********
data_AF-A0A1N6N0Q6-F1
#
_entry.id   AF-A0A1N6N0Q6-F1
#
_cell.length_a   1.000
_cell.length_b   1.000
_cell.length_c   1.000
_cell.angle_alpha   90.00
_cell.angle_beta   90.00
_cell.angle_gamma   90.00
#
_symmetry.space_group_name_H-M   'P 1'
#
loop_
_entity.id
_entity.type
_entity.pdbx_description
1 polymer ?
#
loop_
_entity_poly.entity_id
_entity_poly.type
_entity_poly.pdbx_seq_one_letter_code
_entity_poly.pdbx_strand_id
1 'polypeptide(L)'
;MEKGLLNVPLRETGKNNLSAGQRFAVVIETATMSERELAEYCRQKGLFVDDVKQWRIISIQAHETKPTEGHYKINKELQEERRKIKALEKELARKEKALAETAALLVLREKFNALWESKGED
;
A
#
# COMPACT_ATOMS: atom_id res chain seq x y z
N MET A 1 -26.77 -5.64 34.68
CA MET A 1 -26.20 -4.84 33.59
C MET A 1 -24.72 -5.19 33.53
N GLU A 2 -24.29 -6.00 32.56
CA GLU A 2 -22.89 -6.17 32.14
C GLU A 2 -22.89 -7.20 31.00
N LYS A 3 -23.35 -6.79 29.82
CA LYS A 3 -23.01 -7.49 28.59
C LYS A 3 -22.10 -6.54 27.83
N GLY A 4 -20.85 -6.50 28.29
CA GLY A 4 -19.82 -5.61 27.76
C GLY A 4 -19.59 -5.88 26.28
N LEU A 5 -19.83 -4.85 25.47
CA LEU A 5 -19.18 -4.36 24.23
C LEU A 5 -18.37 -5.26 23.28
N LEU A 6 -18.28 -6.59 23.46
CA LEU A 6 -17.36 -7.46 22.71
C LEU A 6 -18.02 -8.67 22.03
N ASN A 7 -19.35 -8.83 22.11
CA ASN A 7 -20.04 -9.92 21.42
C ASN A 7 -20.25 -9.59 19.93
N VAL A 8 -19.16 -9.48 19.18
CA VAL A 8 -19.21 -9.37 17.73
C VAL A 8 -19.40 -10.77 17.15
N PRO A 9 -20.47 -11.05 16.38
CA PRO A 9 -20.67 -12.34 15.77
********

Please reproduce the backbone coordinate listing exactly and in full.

data_AF-A0A1N6N0Q6-F1
#
_entry.id   AF-A0A1N6N0Q6-F1
#
_cell.length_a   1.000
_cell.length_b   1.000
_cell.length_c   1.000
_cell.angle_alpha   90.00
_cell.angle_beta   90.00
_cell.angle_gamma   90.00
#
_symmetry.space_group_name_H-M   'P 1'
#
loop_
_entity.id
_entity.type
_entity.pdbx_description
1 polymer ?
#
loop_
_entity_poly.entity_id
_entity_poly.type
_entity_poly.pdbx_seq_one_letter_code
_entity_poly.pdbx_strand_id
1 'polypeptide(L)'
;MEKGLLNVPLRETGKNNLSAGQRFAVVIETATMSERELAEYCRQKGLFVDDVKQWRIISIQAHETKPTEGHYKINKELQEERRKIKALEKELARKEKALAETAALLVLREKFNALWESKGED
;
A
#
# COMPACT_ATOMS: atom_id res chain seq x y z
N MET A 1 -26.77 -5.64 34.68
CA MET A 1 -26.20 -4.84 33.59
C MET A 1 -24.72 -5.19 33.53
N GLU A 2 -24.29 -6.00 32.56
CA GLU A 2 -22.89 -6.17 32.14
C GLU A 2 -22.89 -7.20 31.00
N LYS A 3 -23.35 -6.79 29.82
CA LYS A 3 -23.01 -7.49 28.59
C LYS A 3 -22.10 -6.54 27.83
N GLY A 4 -20.85 -6.50 28.29
CA GLY A 4 -19.82 -5.61 27.76
C GLY A 4 -19.59 -5.88 26.28
N LEU A 5 -19.83 -4.85 25.47
CA LEU A 5 -19.18 -4.36 24.23
C LEU A 5 -18.37 -5.26 23.28
N LEU A 6 -18.28 -6.59 23.46
CA LEU A 6 -17.36 -7.46 22.71
C LEU A 6 -18.02 -8.67 22.03
N ASN A 7 -19.35 -8.83 22.11
CA ASN A 7 -20.04 -9.92 21.42
C ASN A 7 -20.25 -9.59 19.93
N VAL A 8 -19.16 -9.48 19.18
CA VAL A 8 -19.21 -9.37 17.73
C VAL A 8 -19.40 -10.77 17.15
N PRO A 9 -20.47 -11.05 16.38
CA PRO A 9 -20.67 -12.34 15.77